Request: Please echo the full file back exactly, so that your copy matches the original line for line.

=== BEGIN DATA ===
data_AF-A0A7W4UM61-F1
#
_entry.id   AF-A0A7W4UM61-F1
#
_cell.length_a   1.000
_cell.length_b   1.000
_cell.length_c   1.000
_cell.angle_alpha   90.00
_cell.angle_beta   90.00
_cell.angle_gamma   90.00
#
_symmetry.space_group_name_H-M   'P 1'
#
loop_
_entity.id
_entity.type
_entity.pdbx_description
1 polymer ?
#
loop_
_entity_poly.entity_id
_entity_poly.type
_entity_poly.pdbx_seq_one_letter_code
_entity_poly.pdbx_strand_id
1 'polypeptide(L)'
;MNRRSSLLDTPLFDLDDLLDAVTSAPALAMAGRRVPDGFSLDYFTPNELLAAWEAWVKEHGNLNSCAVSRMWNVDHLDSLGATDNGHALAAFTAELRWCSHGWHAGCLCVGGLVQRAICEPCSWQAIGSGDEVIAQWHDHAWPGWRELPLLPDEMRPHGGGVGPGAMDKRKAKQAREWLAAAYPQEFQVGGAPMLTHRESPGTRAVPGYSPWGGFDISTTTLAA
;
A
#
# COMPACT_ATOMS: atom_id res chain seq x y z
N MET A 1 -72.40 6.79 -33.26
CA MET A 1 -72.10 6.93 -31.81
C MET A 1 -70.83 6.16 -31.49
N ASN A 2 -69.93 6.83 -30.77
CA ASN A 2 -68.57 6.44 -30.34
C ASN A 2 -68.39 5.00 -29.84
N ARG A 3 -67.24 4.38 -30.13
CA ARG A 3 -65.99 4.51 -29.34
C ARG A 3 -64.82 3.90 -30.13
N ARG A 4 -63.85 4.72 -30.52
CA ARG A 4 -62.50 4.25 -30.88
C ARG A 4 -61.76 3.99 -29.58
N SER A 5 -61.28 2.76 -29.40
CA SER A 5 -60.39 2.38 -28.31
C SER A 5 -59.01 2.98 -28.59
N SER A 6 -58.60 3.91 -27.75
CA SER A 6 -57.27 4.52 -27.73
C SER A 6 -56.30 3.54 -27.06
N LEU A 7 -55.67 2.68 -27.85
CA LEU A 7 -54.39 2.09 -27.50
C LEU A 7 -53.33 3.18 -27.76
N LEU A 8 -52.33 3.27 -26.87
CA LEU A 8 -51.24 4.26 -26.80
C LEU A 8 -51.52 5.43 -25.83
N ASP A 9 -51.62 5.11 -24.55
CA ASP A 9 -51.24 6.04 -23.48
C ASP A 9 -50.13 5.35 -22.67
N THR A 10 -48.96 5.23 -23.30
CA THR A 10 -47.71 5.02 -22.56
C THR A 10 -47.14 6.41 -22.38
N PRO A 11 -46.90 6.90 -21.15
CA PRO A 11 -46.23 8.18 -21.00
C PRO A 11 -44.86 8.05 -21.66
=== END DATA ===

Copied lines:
data_AF-A0A7W4UM61-F1
#
_entry.id   AF-A0A7W4UM61-F1
#
_cell.length_a   1.000
_cell.length_b   1.000
_cell.length_c   1.000
_cell.angle_alpha   90.00
_cell.angle_beta   90.00
_cell.angle_gamma   90.00
#
_symmetry.space_group_name_H-M   'P 1'
#
loop_
_entity.id
_entity.type
_entity.pdbx_description
1 polymer ?
#
loop_
_entity_poly.entity_id
_entity_poly.type
_entity_poly.pdbx_seq_one_letter_code
_entity_poly.pdbx_strand_id
1 'polypeptide(L)'
;MNRRSSLLDTPLFDLDDLLDAVTSAPALAMAGRRVPDGFSLDYFTPNELLAAWEAWVKEHGNLNSCAVSRMWNVDHLDSLGATDNGHALAAFTAELRWCSHGWHAGCLCVGGLVQRAICEPCSWQAIGSGDEVIAQWHDHAWPGWRELPLLPDEMRPHGGGVGPGAMDKRKAKQAREWLAAAYPQEFQVGGAPMLTHRESPGTRAVPGYSPWGGFDISTTTLAA
;
A
#
# COMPACT_ATOMS: atom_id res chain seq x y z
N MET A 1 -72.40 6.79 -33.26
CA MET A 1 -72.10 6.93 -31.81
C MET A 1 -70.83 6.16 -31.49
N ASN A 2 -69.93 6.83 -30.77
CA ASN A 2 -68.57 6.44 -30.34
C ASN A 2 -68.39 5.00 -29.84
N ARG A 3 -67.24 4.38 -30.13
CA ARG A 3 -65.99 4.51 -29.34
C ARG A 3 -64.82 3.90 -30.13
N ARG A 4 -63.85 4.72 -30.52
CA ARG A 4 -62.50 4.25 -30.88
C ARG A 4 -61.76 3.99 -29.58
N SER A 5 -61.28 2.76 -29.40
CA SER A 5 -60.39 2.38 -28.31
C SER A 5 -59.01 2.98 -28.59
N SER A 6 -58.60 3.91 -27.75
CA SER A 6 -57.27 4.52 -27.73
C SER A 6 -56.30 3.54 -27.06
N LEU A 7 -55.67 2.68 -27.85
CA LEU A 7 -54.39 2.09 -27.50
C LEU A 7 -53.33 3.18 -27.76
N LEU A 8 -52.33 3.27 -26.87
CA LEU A 8 -51.24 4.26 -26.80
C LEU A 8 -51.52 5.43 -25.83
N ASP A 9 -51.62 5.11 -24.55
CA ASP A 9 -51.24 6.04 -23.48
C ASP A 9 -50.13 5.35 -22.67
N THR A 10 -48.96 5.23 -23.30
CA THR A 10 -47.71 5.02 -22.56
C THR A 10 -47.14 6.41 -22.38
N PRO A 11 -46.90 6.90 -21.15
CA PRO A 11 -46.23 8.18 -21.00
C PRO A 11 -44.86 8.05 -21.66